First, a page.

13.3 Comparing Feature Structures: Subsumption

We said above that feature structures are essentially sets of properties. Given two different sets of properties an obvious thing to do is to compare the information they contain. A particularly important concept for comparing two feature structures is subsumption.

A feature structure F1 subsumes (\sqsubseteq) another feature structure F2, iff all the information that is contained in F1 is also contained in F2.

The following two feature structures for instance subsume each other.

The both contain exactly the same information, since the order in which the features are listed in the matrix is not important.

And how about the following two feature structures?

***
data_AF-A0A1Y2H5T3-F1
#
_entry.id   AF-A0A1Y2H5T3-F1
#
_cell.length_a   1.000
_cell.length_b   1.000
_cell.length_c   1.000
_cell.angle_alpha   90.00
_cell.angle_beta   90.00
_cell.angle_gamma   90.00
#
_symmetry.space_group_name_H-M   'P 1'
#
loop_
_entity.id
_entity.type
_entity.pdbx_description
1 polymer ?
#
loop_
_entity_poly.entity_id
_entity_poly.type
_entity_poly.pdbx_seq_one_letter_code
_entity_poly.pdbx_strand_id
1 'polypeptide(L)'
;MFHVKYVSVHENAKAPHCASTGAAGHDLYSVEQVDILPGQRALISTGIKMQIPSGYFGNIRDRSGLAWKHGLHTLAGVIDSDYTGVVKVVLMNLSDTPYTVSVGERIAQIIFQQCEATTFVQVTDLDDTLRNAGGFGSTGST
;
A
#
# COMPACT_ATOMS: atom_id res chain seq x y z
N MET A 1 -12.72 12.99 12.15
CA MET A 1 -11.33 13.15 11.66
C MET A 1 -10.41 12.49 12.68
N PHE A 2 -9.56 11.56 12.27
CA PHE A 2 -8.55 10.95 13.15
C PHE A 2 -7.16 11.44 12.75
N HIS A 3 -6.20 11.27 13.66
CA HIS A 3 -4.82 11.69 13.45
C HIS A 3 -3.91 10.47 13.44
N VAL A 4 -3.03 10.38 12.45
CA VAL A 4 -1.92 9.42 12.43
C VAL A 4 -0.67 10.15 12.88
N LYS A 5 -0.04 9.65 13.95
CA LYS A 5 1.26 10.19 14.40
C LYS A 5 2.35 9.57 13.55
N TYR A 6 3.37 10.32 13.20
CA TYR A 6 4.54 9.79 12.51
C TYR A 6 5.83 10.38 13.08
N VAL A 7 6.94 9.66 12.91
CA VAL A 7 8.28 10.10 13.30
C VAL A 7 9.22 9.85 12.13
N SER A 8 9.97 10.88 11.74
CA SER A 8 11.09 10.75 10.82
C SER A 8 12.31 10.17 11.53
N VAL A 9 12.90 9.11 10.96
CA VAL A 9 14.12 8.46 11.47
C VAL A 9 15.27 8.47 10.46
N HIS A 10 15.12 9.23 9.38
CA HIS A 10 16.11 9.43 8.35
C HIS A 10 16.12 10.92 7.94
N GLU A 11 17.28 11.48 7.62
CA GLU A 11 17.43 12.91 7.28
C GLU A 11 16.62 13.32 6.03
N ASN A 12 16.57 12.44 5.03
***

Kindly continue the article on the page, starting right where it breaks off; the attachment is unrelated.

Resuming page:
Well, the first one subsumes the second, but not vice versa. Every piece of information that is contained in the first feature structure is also contained in the second, but the second feature structure contains additional information.

A final example: Do the following feature structures subsume each other?

The first one doesn't subsume the second, because it contains information that the second doesn't contain, namely \textsc{gender}\ \textit{masc}. But, the second one doesn't subsume the first one either, as it contains \textsc{person}\ \textit{3} which is not part of the first feature structure.

Notice that the subsumption relation between feature structures is somewhat similar to the subset relation between sets: Feature structure F_1 subsumes features structure F_2 iff all the information of F_1 is also in F_2. Set S_1 is a subset of set S_2 iff all elements of S_1 are also elements of S_2.

Patrick Blackburn and Kristina Striegnitz
Version 1.2.4 (20020829)